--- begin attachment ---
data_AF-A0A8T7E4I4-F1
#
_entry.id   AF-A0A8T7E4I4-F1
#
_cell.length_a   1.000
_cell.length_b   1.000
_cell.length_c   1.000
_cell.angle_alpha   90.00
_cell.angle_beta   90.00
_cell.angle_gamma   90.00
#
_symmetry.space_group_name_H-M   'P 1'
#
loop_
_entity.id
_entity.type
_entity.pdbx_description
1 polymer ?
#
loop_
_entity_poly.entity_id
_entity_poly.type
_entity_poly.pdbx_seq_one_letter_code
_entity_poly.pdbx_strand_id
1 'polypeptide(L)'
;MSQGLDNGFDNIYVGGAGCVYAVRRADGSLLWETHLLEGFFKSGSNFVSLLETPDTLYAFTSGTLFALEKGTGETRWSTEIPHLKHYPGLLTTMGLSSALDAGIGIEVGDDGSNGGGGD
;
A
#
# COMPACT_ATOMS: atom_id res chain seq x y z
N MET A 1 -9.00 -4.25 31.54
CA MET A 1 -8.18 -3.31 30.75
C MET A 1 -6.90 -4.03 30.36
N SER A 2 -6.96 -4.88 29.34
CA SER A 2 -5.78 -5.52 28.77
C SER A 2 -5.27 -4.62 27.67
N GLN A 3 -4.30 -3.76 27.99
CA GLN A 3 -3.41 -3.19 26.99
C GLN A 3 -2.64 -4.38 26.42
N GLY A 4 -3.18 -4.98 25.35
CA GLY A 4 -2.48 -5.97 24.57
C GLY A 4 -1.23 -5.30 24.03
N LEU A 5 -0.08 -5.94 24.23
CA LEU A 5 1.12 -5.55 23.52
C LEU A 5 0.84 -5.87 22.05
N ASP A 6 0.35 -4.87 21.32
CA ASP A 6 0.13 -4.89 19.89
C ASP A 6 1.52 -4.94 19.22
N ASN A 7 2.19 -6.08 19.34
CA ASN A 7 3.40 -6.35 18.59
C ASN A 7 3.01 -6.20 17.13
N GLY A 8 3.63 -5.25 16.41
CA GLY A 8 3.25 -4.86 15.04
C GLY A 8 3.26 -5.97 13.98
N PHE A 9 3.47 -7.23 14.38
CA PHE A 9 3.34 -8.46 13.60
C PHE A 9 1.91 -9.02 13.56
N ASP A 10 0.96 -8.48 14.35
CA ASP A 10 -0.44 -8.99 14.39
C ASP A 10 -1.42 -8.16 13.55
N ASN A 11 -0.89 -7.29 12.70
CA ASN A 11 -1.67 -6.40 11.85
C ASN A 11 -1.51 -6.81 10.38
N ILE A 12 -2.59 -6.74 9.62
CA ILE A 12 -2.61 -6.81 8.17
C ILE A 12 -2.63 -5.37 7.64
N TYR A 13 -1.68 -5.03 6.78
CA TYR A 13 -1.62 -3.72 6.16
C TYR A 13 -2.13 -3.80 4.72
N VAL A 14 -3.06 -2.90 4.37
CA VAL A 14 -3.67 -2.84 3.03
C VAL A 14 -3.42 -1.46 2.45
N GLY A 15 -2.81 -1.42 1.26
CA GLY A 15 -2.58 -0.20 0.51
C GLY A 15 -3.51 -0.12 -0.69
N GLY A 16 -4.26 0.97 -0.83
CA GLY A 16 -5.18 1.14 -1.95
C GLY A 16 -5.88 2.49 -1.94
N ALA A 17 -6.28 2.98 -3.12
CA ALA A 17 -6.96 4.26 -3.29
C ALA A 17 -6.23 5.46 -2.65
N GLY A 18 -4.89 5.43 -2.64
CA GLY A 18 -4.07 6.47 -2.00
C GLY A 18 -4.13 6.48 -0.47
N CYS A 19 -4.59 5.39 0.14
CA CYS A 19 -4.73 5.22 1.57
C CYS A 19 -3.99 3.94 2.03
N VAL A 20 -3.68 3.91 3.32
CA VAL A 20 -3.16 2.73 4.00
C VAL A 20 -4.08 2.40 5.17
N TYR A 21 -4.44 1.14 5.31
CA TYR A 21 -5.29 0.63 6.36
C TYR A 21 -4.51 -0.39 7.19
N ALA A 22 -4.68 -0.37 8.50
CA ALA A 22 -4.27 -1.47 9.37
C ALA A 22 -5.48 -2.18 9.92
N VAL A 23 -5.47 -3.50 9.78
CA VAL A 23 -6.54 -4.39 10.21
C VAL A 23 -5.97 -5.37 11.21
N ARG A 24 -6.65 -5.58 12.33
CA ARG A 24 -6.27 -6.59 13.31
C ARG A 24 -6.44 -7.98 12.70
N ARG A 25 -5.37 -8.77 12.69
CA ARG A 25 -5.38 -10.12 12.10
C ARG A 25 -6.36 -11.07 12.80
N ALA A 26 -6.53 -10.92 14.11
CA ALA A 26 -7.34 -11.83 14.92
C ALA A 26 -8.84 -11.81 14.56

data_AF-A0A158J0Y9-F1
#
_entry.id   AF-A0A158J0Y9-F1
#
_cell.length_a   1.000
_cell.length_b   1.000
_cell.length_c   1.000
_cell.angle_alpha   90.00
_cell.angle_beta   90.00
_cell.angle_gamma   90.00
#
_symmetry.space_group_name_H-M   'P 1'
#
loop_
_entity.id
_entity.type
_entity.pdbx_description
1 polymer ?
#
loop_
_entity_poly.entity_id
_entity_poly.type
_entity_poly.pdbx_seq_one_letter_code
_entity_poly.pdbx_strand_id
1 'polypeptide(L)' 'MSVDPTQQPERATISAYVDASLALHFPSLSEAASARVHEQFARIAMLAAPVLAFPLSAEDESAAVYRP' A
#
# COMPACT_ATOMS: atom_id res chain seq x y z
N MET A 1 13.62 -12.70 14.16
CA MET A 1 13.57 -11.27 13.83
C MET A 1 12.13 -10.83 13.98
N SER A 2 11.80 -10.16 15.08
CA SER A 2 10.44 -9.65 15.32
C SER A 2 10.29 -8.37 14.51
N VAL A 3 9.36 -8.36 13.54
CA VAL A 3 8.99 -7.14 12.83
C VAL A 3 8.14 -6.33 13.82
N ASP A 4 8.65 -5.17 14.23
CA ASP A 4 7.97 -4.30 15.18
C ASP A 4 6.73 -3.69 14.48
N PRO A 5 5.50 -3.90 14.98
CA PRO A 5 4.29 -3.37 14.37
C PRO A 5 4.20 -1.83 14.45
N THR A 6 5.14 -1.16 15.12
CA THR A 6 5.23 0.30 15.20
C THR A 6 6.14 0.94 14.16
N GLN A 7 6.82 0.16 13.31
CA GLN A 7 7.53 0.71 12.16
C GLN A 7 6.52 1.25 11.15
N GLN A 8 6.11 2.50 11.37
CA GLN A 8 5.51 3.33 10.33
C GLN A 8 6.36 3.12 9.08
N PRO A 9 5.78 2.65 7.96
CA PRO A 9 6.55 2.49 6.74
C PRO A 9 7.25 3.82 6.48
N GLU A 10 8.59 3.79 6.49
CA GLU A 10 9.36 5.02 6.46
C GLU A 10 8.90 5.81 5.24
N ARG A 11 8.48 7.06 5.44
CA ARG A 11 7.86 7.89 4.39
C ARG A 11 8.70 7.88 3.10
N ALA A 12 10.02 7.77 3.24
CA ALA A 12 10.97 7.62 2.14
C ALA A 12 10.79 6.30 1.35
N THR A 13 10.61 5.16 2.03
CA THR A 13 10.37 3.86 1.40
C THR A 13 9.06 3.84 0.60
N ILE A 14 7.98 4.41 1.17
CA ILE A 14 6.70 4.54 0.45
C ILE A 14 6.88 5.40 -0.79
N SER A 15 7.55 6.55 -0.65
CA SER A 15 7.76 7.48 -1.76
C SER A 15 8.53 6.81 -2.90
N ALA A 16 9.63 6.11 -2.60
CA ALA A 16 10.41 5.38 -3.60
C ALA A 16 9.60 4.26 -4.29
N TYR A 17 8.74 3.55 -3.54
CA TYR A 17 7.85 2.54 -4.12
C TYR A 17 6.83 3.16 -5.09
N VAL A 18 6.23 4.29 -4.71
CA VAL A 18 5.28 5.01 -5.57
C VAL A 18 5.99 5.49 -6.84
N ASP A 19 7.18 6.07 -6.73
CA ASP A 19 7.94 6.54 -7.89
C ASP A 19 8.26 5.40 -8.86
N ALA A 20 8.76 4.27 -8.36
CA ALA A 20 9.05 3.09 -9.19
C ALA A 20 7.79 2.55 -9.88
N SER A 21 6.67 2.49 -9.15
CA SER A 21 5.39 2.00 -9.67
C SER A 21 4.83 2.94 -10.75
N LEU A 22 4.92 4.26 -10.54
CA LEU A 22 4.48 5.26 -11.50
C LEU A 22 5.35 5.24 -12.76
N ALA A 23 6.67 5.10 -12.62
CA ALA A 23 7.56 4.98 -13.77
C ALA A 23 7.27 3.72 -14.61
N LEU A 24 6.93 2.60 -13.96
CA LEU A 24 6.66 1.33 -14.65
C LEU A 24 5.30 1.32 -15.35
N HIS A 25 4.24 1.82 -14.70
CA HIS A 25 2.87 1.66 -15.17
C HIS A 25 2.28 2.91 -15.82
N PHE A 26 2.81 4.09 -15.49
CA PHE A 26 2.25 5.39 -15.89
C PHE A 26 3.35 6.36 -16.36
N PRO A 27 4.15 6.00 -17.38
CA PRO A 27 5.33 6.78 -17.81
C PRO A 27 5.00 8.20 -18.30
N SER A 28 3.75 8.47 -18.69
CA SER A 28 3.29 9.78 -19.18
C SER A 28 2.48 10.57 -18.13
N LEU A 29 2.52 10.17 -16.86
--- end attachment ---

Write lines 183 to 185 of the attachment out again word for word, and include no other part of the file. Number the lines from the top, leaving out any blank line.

C ALA A 16 9.60 4.26 -4.29
N TYR A 17 8.74 3.55 -3.54
CA TYR A 17 7.85 2.54 -4.12